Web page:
• Make sure that your car reservations actually have you picking up and dropping your car off at the appropriate places before you get there. We made our car arrangements through one of the online rental places, and arrived in MT to find that our car was not to be picked up at the airport but instead down the road in town, and that it was to be returned to the same location in Billings, MT instead of at Denver International Airport where Seth was flying home from. This made for some confusion and concern as the car rental company was not being flexible and wanted us to drive the car back to MT from NE, then get a different rental car to take from MT to CO. Did you follow that? If not, that's fine. It took me days to figure out what was going on with the car, and I am still not sure I get it.
  • On the point of driving from place to place, it makes more sense to map out your route of travel before you even leave home and not rely on your GPS. GPS is great, however you never know what kind of cell service is in your destination area which may render your smart phone just as useless as my dumbphone.
  • On hotels, while nobody likes to go from hotel to hotel during a trip, if your travel time to a race on race morning is more than 1 hour, it might be easier to get a hotel closer to the start of the race, rather than using a base hotel and driving longer distances to and from. On day 2 of our trip, the race started about 2 hours away from the start and while (at home planning the trip) 2 hours didn't seem so bad, that can really be exhausting for the driver when you are pulling multiple days of getting up at 3am. It wasn't so bad for us, but for the future, this might be something we consider.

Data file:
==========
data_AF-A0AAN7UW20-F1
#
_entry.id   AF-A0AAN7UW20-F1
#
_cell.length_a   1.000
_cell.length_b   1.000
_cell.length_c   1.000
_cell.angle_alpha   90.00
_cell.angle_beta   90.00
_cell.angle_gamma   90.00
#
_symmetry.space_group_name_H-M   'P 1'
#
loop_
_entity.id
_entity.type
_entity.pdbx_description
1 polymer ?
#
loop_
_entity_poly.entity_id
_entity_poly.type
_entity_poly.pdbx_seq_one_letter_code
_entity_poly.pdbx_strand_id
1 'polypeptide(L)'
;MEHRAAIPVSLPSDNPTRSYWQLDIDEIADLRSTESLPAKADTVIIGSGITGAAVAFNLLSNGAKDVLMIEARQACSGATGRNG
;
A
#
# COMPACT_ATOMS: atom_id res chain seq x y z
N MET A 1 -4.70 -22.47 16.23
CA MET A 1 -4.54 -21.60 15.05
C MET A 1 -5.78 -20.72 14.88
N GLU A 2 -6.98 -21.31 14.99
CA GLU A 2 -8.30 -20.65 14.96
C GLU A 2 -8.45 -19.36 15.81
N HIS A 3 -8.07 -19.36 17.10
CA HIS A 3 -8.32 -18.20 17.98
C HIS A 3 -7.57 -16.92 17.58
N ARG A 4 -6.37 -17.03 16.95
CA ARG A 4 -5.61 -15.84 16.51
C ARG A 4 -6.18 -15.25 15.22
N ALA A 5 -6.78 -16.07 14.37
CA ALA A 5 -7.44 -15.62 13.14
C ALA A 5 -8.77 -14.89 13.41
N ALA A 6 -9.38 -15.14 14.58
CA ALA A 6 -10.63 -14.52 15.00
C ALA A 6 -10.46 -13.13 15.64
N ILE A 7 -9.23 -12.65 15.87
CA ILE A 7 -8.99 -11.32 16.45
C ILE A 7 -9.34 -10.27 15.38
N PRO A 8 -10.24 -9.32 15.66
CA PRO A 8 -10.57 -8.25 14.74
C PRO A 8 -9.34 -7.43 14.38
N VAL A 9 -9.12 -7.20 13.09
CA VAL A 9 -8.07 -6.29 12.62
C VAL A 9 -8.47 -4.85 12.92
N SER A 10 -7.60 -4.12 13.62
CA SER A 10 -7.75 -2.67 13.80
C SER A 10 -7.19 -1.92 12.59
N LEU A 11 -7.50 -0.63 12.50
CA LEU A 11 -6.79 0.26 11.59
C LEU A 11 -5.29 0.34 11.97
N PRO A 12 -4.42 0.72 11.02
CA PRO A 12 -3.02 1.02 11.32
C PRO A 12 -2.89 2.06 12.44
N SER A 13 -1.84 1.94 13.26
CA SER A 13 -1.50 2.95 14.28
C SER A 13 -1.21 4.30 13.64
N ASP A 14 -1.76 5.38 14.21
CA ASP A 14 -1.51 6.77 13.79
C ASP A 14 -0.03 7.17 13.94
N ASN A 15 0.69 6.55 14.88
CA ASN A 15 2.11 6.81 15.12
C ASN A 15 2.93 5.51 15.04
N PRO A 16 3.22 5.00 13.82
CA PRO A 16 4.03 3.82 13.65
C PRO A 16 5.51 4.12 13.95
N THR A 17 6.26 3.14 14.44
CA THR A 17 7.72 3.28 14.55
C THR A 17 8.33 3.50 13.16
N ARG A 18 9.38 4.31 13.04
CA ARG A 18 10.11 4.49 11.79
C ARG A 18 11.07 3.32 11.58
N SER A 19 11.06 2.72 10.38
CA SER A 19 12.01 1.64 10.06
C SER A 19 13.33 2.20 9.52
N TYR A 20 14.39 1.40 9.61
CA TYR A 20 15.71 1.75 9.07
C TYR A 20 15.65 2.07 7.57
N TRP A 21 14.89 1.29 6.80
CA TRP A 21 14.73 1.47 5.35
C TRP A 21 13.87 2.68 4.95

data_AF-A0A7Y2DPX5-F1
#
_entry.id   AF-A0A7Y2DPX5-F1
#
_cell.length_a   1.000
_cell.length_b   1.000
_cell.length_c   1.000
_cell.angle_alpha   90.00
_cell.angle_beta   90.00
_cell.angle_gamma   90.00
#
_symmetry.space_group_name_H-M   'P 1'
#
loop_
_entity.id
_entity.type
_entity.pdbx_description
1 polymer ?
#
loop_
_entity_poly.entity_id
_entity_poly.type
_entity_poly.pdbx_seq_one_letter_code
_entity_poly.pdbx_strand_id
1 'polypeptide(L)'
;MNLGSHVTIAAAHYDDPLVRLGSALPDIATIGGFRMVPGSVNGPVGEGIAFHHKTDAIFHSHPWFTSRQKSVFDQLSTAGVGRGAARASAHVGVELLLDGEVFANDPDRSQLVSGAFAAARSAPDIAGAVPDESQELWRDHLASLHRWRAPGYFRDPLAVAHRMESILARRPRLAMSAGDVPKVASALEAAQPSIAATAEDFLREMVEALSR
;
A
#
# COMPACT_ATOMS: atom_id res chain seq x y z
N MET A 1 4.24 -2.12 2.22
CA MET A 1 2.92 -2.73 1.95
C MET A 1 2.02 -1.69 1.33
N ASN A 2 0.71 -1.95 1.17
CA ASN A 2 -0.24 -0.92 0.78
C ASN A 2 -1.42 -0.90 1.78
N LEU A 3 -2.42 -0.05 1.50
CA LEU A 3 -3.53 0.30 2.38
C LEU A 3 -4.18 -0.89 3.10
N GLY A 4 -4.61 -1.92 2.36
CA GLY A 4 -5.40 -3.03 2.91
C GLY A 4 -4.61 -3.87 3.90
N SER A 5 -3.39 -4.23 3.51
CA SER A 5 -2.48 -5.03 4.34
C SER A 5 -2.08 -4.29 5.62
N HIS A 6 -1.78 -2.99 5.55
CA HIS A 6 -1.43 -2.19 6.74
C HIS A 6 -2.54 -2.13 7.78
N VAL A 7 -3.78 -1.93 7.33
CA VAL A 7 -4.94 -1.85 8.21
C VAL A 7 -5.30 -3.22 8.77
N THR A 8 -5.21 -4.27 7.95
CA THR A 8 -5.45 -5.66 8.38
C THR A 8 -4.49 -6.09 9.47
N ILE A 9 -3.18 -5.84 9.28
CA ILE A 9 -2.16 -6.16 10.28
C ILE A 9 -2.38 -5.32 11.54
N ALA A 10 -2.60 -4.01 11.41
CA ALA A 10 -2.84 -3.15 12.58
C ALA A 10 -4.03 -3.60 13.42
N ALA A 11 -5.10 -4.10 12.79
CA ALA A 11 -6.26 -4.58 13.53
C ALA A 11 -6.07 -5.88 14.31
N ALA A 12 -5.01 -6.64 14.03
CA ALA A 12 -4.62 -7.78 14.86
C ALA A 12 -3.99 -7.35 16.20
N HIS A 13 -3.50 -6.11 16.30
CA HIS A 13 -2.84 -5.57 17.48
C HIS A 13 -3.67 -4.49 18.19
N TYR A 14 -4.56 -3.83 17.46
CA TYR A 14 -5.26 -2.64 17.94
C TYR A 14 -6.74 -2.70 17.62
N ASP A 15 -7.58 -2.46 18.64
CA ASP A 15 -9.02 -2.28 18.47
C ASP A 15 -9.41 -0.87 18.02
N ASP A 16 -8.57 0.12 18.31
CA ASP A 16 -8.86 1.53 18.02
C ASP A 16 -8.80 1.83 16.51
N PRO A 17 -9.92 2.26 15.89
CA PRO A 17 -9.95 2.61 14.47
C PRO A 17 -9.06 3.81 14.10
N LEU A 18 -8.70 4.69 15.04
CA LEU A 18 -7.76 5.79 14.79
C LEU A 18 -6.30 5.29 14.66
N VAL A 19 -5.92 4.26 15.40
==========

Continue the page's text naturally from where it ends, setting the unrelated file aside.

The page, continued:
• And finally, while driving around, we saw a lot of signs that specifically advertised that hotels had free wi-fi and were clean. We thought this a little peculiar but we reminded ourselves that the local culture was very different than what we were used to in a large city. I'm not saying that you should lower your standards, just that you may want to be flexible about what is important and what is not. Wifi, not so important. Maybe you only have a shower instead of a tub, or a small bathroom area, or no coffee maker... these are always things you can compromise on, but NEVER compromise on Cleanliness. This really hit home for us when we found out during the middle of the week that some of our other friends had found bedbugs in their hotel up the street. I cannot emphasize this enough... KNOW where you are staying, and KNOW how to check for bedbugs and other hotel calamities. I really don't want to talk more about this because I am grossing myself out already.
But what do you pack with you? How do you make sure you aren't packing too much or too little?
  • Before my trip, a friend taught me about the plastic bag method of packing. I vaguely remember my mother packing me for sleepaway summer camp like this where she would lay out entire outfits including socks and underwear, then pack each outfit in a separate bag. I had never thought to do this for an adult trip, but in terms of running clothes, it made it very easy. Because I was running for 6 consecutive days and didn't know what my access to laundry would be like, I laid out 6 individual outfits including socks, bras, panties, and compression sleeves. I tightly packed each outfit into a gallon sized ziploc and labeled the outside with a description of the shirt. 
  • Packing this way allowed me to really make the most of the real estate on the inside of my luggage, and kept things all in one place. Then at our 3am wakeup calls in the hotel, I could just reach into my bag, grab an outfit and run to the bathroom to pee and change without getting into the way of my roommates. Easy Peasy.